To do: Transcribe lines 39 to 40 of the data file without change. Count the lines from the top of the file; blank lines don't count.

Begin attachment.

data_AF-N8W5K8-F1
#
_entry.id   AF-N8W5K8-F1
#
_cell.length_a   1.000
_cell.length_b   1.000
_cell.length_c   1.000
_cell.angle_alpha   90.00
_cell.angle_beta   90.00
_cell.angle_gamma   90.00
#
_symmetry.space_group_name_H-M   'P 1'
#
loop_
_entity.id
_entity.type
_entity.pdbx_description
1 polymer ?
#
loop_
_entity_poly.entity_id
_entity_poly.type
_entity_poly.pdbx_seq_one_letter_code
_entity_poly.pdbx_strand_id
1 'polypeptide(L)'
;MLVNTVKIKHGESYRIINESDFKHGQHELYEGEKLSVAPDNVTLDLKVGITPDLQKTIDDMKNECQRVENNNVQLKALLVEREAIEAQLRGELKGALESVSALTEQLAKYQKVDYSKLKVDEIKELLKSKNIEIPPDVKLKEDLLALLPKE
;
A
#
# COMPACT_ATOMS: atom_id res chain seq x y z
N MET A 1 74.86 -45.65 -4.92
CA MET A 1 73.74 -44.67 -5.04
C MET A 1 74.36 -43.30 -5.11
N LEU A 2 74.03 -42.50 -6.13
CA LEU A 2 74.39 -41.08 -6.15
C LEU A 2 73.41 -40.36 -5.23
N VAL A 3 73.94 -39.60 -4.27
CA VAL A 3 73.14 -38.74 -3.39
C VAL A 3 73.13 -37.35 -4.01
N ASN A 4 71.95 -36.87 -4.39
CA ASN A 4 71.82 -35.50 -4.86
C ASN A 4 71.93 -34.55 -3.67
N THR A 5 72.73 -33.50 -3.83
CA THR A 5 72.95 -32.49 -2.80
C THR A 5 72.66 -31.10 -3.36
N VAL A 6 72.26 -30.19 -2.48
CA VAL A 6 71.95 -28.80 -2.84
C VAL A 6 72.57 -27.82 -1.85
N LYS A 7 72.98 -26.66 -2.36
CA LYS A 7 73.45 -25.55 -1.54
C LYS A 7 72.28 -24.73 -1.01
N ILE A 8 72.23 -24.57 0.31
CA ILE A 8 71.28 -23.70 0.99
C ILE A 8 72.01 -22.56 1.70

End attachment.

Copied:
C VAL A 3 73.13 -37.35 -4.01
N ASN A 4 71.95 -36.87 -4.39